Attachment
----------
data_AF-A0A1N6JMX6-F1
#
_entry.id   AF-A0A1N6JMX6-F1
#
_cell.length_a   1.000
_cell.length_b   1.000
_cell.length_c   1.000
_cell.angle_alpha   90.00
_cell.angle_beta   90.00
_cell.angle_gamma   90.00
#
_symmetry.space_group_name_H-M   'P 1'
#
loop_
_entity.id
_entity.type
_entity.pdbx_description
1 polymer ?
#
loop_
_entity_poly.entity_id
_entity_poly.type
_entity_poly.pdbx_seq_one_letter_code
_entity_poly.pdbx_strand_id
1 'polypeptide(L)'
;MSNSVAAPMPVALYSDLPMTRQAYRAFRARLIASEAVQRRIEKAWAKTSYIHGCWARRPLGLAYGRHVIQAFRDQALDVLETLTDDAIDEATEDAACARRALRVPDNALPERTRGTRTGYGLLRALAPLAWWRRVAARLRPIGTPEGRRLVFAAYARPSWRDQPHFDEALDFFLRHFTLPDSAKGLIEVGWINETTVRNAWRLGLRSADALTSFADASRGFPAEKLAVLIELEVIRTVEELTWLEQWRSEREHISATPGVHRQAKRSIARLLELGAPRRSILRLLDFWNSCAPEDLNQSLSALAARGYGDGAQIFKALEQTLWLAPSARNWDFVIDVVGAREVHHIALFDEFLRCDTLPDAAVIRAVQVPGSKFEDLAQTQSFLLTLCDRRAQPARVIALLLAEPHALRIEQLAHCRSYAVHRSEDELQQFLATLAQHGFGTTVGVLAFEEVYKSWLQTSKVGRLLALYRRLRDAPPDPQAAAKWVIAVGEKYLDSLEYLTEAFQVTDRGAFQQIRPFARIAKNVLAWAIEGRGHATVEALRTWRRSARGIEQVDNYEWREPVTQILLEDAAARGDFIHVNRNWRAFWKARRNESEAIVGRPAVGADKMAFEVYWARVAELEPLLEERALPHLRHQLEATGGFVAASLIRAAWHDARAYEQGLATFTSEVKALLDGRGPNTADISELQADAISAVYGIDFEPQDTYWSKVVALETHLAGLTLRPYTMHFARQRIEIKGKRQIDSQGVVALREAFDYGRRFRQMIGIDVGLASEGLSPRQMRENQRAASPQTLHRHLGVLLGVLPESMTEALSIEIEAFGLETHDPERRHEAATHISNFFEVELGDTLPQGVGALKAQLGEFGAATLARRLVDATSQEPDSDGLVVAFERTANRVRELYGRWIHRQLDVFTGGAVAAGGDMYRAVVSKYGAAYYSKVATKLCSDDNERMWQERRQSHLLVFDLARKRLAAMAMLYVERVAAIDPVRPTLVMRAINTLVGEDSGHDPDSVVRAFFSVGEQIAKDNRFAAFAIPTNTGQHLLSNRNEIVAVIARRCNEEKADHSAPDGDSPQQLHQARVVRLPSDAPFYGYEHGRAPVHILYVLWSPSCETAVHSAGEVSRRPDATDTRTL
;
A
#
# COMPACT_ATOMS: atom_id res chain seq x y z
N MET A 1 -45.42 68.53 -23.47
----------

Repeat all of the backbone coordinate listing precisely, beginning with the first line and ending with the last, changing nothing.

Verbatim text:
data_AF-A0A1N6JMX6-F1
#
_entry.id   AF-A0A1N6JMX6-F1
#
_cell.length_a   1.000
_cell.length_b   1.000
_cell.length_c   1.000
_cell.angle_alpha   90.00
_cell.angle_beta   90.00
_cell.angle_gamma   90.00
#
_symmetry.space_group_name_H-M   'P 1'
#
loop_
_entity.id
_entity.type
_entity.pdbx_description
1 polymer ?
#
loop_
_entity_poly.entity_id
_entity_poly.type
_entity_poly.pdbx_seq_one_letter_code
_entity_poly.pdbx_strand_id
1 'polypeptide(L)'
;MSNSVAAPMPVALYSDLPMTRQAYRAFRARLIASEAVQRRIEKAWAKTSYIHGCWARRPLGLAYGRHVIQAFRDQALDVLETLTDDAIDEATEDAACARRALRVPDNALPERTRGTRTGYGLLRALAPLAWWRRVAARLRPIGTPEGRRLVFAAYARPSWRDQPHFDEALDFFLRHFTLPDSAKGLIEVGWINETTVRNAWRLGLRSADALTSFADASRGFPAEKLAVLIELEVIRTVEELTWLEQWRSEREHISATPGVHRQAKRSIARLLELGAPRRSILRLLDFWNSCAPEDLNQSLSALAARGYGDGAQIFKALEQTLWLAPSARNWDFVIDVVGAREVHHIALFDEFLRCDTLPDAAVIRAVQVPGSKFEDLAQTQSFLLTLCDRRAQPARVIALLLAEPHALRIEQLAHCRSYAVHRSEDELQQFLATLAQHGFGTTVGVLAFEEVYKSWLQTSKVGRLLALYRRLRDAPPDPQAAAKWVIAVGEKYLDSLEYLTEAFQVTDRGAFQQIRPFARIAKNVLAWAIEGRGHATVEALRTWRRSARGIEQVDNYEWREPVTQILLEDAAARGDFIHVNRNWRAFWKARRNESEAIVGRPAVGADKMAFEVYWARVAELEPLLEERALPHLRHQLEATGGFVAASLIRAAWHDARAYEQGLATFTSEVKALLDGRGPNTADISELQADAISAVYGIDFEPQDTYWSKVVALETHLAGLTLRPYTMHFARQRIEIKGKRQIDSQGVVALREAFDYGRRFRQMIGIDVGLASEGLSPRQMRENQRAASPQTLHRHLGVLLGVLPESMTEALSIEIEAFGLETHDPERRHEAATHISNFFEVELGDTLPQGVGALKAQLGEFGAATLARRLVDATSQEPDSDGLVVAFERTANRVRELYGRWIHRQLDVFTGGAVAAGGDMYRAVVSKYGAAYYSKVATKLCSDDNERMWQERRQSHLLVFDLARKRLAAMAMLYVERVAAIDPVRPTLVMRAINTLVGEDSGHDPDSVVRAFFSVGEQIAKDNRFAAFAIPTNTGQHLLSNRNEIVAVIARRCNEEKADHSAPDGDSPQQLHQARVVRLPSDAPFYGYEHGRAPVHILYVLWSPSCETAVHSAGEVSRRPDATDTRTL
;
A
#
# COMPACT_ATOMS: atom_id res chain seq x y z
N MET A 1 -45.42 68.53 -23.47